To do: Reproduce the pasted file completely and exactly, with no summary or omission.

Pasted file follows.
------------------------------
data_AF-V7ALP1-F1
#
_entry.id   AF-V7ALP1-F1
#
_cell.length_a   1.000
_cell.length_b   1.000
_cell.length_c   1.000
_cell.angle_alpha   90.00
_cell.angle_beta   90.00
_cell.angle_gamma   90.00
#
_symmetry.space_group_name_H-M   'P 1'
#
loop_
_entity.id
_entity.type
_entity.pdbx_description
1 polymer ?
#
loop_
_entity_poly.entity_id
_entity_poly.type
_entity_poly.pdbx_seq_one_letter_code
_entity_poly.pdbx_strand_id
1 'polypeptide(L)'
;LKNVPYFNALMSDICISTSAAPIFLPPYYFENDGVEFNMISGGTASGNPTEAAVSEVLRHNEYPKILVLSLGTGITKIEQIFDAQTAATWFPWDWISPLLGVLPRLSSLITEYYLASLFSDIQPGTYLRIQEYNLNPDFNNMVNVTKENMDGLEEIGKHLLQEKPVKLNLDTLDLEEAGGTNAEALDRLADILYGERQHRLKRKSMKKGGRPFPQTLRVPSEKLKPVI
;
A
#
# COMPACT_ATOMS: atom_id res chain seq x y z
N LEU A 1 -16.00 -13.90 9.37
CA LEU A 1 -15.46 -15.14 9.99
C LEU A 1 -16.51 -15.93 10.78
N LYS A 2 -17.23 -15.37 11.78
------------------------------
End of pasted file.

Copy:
data_AF-V7ALP1-F1
#
_entry.id   AF-V7ALP1-F1
#
_cell.length_a   1.000
_cell.length_b   1.000
_cell.length_c   1.000
_cell.angle_alpha   90.00
_cell.angle_beta   90.00
_cell.angle_gamma   90.00
#
_symmetry.space_group_name_H-M   'P 1'
#
loop_
_entity.id
_entity.type
_entity.pdbx_description
1 polymer ?
#
loop_
_entity_poly.entity_id
_entity_poly.type
_entity_poly.pdbx_seq_one_letter_code
_entity_poly.pdbx_strand_id
1 'polypeptide(L)'
;LKNVPYFNALMSDICISTSAAPIFLPPYYFENDGVEFNMISGGTASGNPTEAAVSEVLRHNEYPKILVLSLGTGITKIEQIFDAQTAATWFPWDWISPLLGVLPRLSSLITEYYLASLFSDIQPGTYLRIQEYNLNPDFNNMVNVTKENMDGLEEIGKHLLQEKPVKLNLDTLDLEEAGGTNAEALDRLADILYGERQHRLKRKSMKKGGRPFPQTLRVPSEKLKPVI
;
A
#
# COMPACT_ATOMS: atom_id res chain seq x y z
N LEU A 1 -16.00 -13.90 9.37
CA LEU A 1 -15.46 -15.14 9.99
C LEU A 1 -16.51 -15.93 10.78
N LYS A 2 -17.23 -15.37 11.78